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Mindfulness at Work

Understanding and managing attention is now the single most important determinant of business success.

The following is an excerpt from One Second Ahead: Enhance Your Performance at Work with Mindfulness (Palgrave Macmillan, 2015) by Rasmus Hougaard, Jacqueline Carter, and Gillian Coutts, reprinted with permission in 'The Health Issue' of Rotman Management Magazine.

Cell phones, tablets, emails and texts place constant demands on our attention. According to leading management thinker Tom Davenport, “Understanding and managing attention is now the single most important determinant of business success.” 

Researchers studying the mind’s natural tendency to wander have calculated that, on average, our mind wanders 46.9 per cent of the time. In other words, while we are at work, 53.1 per cent of the time, our mind is ‘on task’; the rest of the time, it’s off task.

In recent years, business leaders have recognized a centuries-old route to mental effectiveness that is very powerful in an Attention Economy: mindfulness. The central characteristics of mindfulness are sharp focus and open awareness.  

Sharp focus is the ability to concentrate single-pointedly on any object of choice for as long as you want, with minimal effort. Training sharp focus provides the benefit of being fully present with other people or tasks.

Open awareness is the ability to see clearly what is happening in your mind and make wise choices about where to focus your attention.

Taking regular ‘mindful performance breaks’ is both a time-efficient and nourishing way to maintain focus and clarity. A mindful performance break is basically a brief mindfulness training session. And by brief, I mean about 45 seconds. Try this, once every hour during the work day:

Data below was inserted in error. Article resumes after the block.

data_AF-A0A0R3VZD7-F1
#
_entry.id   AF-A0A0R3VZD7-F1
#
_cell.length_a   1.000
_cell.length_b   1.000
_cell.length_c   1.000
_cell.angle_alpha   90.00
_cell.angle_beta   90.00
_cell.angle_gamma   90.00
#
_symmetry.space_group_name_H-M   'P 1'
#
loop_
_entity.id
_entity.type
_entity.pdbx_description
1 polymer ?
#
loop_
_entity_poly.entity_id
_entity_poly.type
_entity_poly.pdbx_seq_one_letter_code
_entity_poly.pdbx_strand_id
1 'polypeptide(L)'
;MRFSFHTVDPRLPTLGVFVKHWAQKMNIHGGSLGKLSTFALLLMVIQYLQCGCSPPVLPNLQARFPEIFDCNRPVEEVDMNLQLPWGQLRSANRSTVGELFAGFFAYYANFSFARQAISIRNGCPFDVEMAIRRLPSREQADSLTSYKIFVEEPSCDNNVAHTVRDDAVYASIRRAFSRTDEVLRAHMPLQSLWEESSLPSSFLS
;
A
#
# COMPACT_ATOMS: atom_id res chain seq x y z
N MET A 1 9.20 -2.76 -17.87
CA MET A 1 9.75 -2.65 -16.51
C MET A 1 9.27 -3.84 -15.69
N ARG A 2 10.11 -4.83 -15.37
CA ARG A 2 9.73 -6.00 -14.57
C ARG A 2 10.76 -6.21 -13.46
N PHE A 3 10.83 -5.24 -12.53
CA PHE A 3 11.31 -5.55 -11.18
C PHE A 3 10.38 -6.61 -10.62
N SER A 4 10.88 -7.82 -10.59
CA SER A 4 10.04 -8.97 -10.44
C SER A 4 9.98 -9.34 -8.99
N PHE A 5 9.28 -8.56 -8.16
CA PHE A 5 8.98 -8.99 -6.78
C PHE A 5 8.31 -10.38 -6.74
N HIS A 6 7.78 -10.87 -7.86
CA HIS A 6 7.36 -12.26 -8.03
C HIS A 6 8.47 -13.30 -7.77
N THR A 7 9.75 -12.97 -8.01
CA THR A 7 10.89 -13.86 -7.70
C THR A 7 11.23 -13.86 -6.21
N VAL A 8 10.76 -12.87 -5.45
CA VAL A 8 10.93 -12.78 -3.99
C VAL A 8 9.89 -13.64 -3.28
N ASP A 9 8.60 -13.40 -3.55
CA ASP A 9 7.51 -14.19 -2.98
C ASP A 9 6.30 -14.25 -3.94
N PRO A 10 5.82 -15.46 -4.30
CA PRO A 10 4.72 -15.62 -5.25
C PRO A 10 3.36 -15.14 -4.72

1. Let go of your activities. You don’t need to go anywhere special. Close your eyes or keep them open, whichever you prefer.
  2. Direct your full attention to your breath. For three breath cycles:
    • Breathe in while noticing your breath; breathe out while relaxing your shoulders, neck and arms.
    • Breathe in while focusing fully on your inhale; breathe out while focusing on the exhale.
    • Breathe in while enhancing the clarity of your attention; breathe out while maintaining clarity.
  3. Let go of the exercise. Return to your work with renewed relaxation, focus and clarity.

While mindful breaks are easy to do, they’re just as easy to forget. We have made it easy for you to incorporate this break into your daily routine by developing an app for your smartphone or tablet that will give you a reminder once per hour. You can find to it on our website ( — or go directly to the app store and search The Potential Project.

Rotman offers a two-day interactive course on mindfulness and leadership training, Search Inside Yourself, each summer. This article was excerpted from the Winter 2016 issue of Rotman Management. To subscribe:

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